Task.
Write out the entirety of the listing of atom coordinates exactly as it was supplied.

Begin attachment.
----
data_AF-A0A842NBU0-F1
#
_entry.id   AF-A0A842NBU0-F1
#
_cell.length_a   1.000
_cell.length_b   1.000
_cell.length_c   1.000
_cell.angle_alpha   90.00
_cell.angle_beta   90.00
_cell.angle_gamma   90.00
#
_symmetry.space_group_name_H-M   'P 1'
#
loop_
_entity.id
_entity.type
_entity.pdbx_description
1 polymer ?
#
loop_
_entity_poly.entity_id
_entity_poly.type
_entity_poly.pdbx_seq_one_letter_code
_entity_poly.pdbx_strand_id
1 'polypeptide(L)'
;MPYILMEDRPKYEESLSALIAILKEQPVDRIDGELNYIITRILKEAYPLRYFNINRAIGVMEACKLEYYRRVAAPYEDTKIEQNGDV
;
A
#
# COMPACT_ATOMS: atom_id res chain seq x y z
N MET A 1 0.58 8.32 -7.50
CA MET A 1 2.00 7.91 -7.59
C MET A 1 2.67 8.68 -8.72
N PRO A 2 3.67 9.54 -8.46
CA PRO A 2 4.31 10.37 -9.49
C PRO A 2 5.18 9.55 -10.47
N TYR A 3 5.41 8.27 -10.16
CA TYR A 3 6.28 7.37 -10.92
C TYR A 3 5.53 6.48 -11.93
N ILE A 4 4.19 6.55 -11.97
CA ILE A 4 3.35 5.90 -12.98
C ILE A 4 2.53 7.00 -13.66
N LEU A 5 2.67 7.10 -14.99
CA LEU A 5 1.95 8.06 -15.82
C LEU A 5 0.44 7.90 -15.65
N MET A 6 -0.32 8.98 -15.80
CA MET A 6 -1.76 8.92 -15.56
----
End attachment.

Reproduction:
data_AF-A0A842NBU0-F1
#
_entry.id   AF-A0A842NBU0-F1
#
_cell.length_a   1.000
_cell.length_b   1.000
_cell.length_c   1.000
_cell.angle_alpha   90.00
_cell.angle_beta   90.00
_cell.angle_gamma   90.00
#
_symmetry.space_group_name_H-M   'P 1'
#
loop_
_entity.id
_entity.type
_entity.pdbx_description
1 polymer ?
#
loop_
_entity_poly.entity_id
_entity_poly.type
_entity_poly.pdbx_seq_one_letter_code
_entity_poly.pdbx_strand_id
1 'polypeptide(L)'
;MPYILMEDRPKYEESLSALIAILKEQPVDRIDGELNYIITRILKEAYPLRYFNINRAIGVMEACKLEYYRRVAAPYEDTKIEQNGDV
;
A
#
# COMPACT_ATOMS: atom_id res chain seq x y z
N MET A 1 0.58 8.32 -7.50
CA MET A 1 2.00 7.91 -7.59
C MET A 1 2.67 8.68 -8.72
N PRO A 2 3.67 9.54 -8.46
CA PRO A 2 4.31 10.37 -9.49
C PRO A 2 5.18 9.55 -10.47
N TYR A 3 5.41 8.27 -10.16
CA TYR A 3 6.28 7.37 -10.92
C TYR A 3 5.53 6.48 -11.93
N ILE A 4 4.19 6.55 -11.97
CA ILE A 4 3.35 5.90 -12.98
C ILE A 4 2.53 7.00 -13.66
N LEU A 5 2.67 7.10 -14.99
CA LEU A 5 1.95 8.06 -15.82
C LEU A 5 0.44 7.90 -15.65
N MET A 6 -0.32 8.98 -15.80
CA MET A 6 -1.76 8.92 -15.56